Once back up on the cliffs, I loosen my hold on Falcon. He’s more trustworthy on grass than he is on sand. As the guards move their horses into a trot, my aughisky picks up his pace as well, moving smoothly alongside Neora’s smaller palomino mare. Most of them don’t view horses as prey but it isn’t uncommon for some to attack a horse. However, Falcon doesn’t care. He had sniffed at the mare earlier, but otherwise he has not reacted in the way I have known other aughisky to.
Her next question catches me by surprise. I’ve been asked at least a hundred times by riders, young lords, buyers and the like, but hearing it from a girl’s mouth throws me off. She must be truly interested in them to be so curious. “You have to convince them that you are a part of the ocean, that you belong with them. It is not an easy process. I have spent my entire life trying to learn to sing to them the way the ocean does.”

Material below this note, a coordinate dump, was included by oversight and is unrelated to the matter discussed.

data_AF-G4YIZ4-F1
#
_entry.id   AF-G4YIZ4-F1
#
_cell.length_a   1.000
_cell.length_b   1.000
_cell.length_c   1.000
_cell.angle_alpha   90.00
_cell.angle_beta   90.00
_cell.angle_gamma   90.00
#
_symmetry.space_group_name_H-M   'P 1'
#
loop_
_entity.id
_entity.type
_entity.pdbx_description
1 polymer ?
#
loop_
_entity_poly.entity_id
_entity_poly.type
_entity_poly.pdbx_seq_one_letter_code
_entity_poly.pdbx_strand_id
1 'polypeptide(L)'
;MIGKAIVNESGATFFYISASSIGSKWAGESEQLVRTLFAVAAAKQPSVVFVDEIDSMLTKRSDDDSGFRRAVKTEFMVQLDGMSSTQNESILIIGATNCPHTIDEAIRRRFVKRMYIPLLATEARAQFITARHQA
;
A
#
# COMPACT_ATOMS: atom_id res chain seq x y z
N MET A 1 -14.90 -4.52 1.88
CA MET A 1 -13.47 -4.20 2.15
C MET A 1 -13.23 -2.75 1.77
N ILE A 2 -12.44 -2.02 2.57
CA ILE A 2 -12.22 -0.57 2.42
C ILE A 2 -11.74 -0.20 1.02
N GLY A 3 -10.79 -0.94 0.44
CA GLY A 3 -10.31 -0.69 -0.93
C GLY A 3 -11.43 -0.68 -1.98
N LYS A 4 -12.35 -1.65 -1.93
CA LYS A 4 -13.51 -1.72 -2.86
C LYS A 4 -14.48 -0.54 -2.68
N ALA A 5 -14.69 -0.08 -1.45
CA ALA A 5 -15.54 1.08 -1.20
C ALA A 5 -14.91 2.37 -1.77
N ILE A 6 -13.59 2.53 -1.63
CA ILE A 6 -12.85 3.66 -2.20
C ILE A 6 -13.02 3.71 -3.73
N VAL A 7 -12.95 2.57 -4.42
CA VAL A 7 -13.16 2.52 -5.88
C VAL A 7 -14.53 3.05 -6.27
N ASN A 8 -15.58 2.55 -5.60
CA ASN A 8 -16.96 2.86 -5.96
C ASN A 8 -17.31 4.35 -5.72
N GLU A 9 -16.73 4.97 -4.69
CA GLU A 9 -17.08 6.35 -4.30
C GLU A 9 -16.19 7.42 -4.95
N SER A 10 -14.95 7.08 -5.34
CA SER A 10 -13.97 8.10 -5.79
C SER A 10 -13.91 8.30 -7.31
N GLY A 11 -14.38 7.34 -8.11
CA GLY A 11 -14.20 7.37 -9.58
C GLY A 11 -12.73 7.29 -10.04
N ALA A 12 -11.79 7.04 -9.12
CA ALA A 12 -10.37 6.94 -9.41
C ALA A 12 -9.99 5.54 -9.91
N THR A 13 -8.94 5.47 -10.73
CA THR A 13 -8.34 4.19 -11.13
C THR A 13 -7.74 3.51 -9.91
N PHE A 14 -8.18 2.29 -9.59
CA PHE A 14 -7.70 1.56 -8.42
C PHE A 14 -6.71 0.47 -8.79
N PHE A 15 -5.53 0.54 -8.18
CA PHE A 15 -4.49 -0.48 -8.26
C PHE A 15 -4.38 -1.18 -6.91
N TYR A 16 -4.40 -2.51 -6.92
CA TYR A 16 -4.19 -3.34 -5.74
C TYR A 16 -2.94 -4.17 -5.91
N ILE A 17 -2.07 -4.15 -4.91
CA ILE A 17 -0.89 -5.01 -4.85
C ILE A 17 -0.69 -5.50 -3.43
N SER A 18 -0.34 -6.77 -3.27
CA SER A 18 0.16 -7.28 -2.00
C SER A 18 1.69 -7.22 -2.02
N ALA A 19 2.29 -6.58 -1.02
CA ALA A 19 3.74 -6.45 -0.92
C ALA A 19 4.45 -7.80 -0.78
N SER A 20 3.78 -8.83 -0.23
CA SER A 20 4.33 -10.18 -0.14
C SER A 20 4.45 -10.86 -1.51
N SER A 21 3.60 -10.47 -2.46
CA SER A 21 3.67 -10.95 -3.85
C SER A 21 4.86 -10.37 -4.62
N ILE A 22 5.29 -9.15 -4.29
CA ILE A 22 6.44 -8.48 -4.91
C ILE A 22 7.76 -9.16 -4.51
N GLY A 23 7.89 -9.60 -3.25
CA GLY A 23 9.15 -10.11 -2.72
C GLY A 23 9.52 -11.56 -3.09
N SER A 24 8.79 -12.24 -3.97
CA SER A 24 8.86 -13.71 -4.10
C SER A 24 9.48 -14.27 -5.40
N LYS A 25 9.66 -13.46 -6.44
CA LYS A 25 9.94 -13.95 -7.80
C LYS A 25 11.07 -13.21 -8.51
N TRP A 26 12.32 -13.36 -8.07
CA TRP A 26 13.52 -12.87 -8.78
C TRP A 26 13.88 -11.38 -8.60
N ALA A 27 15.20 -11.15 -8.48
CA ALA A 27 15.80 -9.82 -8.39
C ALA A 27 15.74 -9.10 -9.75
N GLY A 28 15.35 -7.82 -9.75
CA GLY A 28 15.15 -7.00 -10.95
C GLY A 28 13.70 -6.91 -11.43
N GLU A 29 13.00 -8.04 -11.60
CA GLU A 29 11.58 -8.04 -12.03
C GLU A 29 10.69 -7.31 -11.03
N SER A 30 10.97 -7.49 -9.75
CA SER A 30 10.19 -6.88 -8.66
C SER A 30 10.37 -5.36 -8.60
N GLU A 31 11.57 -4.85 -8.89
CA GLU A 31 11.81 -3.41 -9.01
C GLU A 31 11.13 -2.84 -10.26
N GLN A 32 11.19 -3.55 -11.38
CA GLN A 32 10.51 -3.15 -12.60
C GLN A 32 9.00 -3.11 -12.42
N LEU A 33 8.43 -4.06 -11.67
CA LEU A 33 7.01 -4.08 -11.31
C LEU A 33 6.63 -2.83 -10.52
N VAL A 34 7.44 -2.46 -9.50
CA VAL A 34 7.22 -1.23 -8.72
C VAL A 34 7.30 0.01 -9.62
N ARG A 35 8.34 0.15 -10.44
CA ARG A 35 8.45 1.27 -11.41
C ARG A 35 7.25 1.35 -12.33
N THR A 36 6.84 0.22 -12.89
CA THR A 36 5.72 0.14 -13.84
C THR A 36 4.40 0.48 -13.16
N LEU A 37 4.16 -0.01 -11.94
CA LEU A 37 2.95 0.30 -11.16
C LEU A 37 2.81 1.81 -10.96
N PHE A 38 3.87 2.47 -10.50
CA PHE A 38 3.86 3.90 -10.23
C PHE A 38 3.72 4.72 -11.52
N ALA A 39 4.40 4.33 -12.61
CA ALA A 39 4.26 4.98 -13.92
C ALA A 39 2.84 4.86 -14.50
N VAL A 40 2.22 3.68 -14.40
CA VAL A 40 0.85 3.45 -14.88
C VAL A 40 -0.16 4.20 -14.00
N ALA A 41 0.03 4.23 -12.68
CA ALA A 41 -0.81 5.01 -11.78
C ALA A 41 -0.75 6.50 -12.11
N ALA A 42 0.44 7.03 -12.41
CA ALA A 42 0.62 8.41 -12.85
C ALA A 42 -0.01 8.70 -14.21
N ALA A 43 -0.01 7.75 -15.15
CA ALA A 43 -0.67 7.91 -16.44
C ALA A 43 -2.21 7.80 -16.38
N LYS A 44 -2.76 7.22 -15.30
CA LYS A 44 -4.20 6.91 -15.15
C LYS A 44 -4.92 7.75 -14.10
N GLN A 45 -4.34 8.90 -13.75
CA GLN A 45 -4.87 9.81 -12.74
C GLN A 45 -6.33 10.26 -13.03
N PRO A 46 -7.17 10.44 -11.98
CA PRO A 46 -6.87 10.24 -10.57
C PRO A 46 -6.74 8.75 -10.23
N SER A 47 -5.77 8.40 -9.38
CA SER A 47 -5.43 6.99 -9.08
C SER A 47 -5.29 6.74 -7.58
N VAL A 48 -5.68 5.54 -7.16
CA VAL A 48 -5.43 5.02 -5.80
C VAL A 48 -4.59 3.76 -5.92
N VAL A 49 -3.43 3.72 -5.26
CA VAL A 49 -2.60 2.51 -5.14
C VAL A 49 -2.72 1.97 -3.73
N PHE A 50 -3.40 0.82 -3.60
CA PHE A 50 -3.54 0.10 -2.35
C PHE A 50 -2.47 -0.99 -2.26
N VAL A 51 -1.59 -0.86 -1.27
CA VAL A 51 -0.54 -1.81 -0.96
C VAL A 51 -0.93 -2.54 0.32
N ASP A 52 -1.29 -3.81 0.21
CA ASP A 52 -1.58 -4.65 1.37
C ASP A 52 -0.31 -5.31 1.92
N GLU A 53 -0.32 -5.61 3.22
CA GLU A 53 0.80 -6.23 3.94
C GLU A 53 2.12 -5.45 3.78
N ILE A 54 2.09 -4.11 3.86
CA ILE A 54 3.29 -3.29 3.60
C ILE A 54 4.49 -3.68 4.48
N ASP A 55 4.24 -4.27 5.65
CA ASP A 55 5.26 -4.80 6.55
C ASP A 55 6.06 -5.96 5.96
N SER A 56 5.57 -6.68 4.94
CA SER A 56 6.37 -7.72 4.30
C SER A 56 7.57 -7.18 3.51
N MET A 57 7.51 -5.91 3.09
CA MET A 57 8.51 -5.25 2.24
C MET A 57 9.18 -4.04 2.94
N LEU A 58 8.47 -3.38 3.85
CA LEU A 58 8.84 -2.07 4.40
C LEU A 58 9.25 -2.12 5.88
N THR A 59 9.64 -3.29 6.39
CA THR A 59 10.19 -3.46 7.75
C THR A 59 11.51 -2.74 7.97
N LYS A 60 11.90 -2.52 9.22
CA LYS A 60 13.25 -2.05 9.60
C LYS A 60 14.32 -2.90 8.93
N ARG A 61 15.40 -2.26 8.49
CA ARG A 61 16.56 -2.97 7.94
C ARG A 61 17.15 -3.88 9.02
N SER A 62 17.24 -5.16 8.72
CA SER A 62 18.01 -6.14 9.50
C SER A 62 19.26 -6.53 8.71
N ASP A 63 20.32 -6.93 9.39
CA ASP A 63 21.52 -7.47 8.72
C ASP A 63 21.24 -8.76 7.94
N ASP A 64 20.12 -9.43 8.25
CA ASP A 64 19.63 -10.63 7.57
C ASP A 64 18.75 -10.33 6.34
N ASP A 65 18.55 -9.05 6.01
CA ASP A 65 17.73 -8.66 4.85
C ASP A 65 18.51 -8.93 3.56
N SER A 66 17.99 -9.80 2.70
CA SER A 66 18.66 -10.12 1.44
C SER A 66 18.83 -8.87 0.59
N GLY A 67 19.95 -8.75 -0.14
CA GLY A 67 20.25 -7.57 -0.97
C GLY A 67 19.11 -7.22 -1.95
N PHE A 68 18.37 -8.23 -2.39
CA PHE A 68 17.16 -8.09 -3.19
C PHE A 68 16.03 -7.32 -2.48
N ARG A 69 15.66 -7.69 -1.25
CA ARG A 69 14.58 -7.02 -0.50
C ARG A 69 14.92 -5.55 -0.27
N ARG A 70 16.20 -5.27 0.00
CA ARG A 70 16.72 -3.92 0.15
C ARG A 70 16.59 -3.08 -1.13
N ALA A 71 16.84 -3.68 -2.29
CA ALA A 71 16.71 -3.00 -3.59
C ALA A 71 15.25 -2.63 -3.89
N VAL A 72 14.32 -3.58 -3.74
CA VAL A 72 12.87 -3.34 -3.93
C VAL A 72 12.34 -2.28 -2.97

Or at least that is the way it should be done. Every man has his own method but nearly all of them completely ineffective. Magic is so far beyond mere human understanding, yet sideshow oddities would have men believe otherwise. Books wrote about concoctions and special brews that would calm the aughisky. I’d also seen others talk of how bells or iron or certain herbs would somehow bring them to heel. It was all false. Yet, every year without fail riders would use these lies. And every year riders would die.